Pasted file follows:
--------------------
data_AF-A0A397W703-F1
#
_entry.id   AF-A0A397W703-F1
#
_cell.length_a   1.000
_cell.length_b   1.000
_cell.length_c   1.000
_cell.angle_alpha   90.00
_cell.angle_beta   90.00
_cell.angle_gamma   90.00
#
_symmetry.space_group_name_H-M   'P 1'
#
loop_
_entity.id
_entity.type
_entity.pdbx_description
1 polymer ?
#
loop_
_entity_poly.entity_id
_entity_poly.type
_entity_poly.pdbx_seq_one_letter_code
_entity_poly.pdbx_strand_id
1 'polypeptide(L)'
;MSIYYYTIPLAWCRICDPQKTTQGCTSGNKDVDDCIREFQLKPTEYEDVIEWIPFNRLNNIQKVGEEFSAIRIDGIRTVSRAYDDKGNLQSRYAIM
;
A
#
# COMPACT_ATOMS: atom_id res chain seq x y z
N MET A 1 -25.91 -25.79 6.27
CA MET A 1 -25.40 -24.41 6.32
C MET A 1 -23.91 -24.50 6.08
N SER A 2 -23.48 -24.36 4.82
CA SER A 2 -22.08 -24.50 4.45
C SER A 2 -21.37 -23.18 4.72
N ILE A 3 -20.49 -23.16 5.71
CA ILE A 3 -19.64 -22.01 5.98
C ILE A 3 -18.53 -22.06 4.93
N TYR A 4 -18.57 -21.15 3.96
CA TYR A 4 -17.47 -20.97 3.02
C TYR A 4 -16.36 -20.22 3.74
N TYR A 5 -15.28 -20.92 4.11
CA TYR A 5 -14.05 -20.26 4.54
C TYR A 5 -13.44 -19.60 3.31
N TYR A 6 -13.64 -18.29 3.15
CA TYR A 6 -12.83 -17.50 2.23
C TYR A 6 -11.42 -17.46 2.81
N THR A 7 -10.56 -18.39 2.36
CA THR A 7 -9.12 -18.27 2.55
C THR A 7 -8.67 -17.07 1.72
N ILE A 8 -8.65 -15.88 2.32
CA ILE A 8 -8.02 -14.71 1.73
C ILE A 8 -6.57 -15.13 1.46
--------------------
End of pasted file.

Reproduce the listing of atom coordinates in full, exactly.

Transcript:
data_AF-A0A397W703-F1
#
_entry.id   AF-A0A397W703-F1
#
_cell.length_a   1.000
_cell.length_b   1.000
_cell.length_c   1.000
_cell.angle_alpha   90.00
_cell.angle_beta   90.00
_cell.angle_gamma   90.00
#
_symmetry.space_group_name_H-M   'P 1'
#
loop_
_entity.id
_entity.type
_entity.pdbx_description
1 polymer ?
#
loop_
_entity_poly.entity_id
_entity_poly.type
_entity_poly.pdbx_seq_one_letter_code
_entity_poly.pdbx_strand_id
1 'polypeptide(L)'
;MSIYYYTIPLAWCRICDPQKTTQGCTSGNKDVDDCIREFQLKPTEYEDVIEWIPFNRLNNIQKVGEEFSAIRIDGIRTVSRAYDDKGNLQSRYAIM
;
A
#
# COMPACT_ATOMS: atom_id res chain seq x y z
N MET A 1 -25.91 -25.79 6.27
CA MET A 1 -25.40 -24.41 6.32
C MET A 1 -23.91 -24.50 6.08
N SER A 2 -23.48 -24.36 4.82
CA SER A 2 -22.08 -24.50 4.45
C SER A 2 -21.37 -23.18 4.72
N ILE A 3 -20.49 -23.16 5.71
CA ILE A 3 -19.64 -22.01 5.98
C ILE A 3 -18.53 -22.06 4.93
N TYR A 4 -18.57 -21.15 3.96
CA TYR A 4 -17.47 -20.97 3.02
C TYR A 4 -16.36 -20.22 3.74
N TYR A 5 -15.28 -20.92 4.11
CA TYR A 5 -14.05 -20.26 4.54
C TYR A 5 -13.44 -19.60 3.31
N TYR A 6 -13.64 -18.29 3.15
CA TYR A 6 -12.83 -17.50 2.23
C TYR A 6 -11.42 -17.46 2.81
N THR A 7 -10.56 -18.39 2.36
CA THR A 7 -9.12 -18.27 2.55
C THR A 7 -8.67 -17.07 1.72
N ILE A 8 -8.65 -15.88 2.32
CA ILE A 8 -8.02 -14.71 1.73
C ILE A 8 -6.57 -15.13 1.46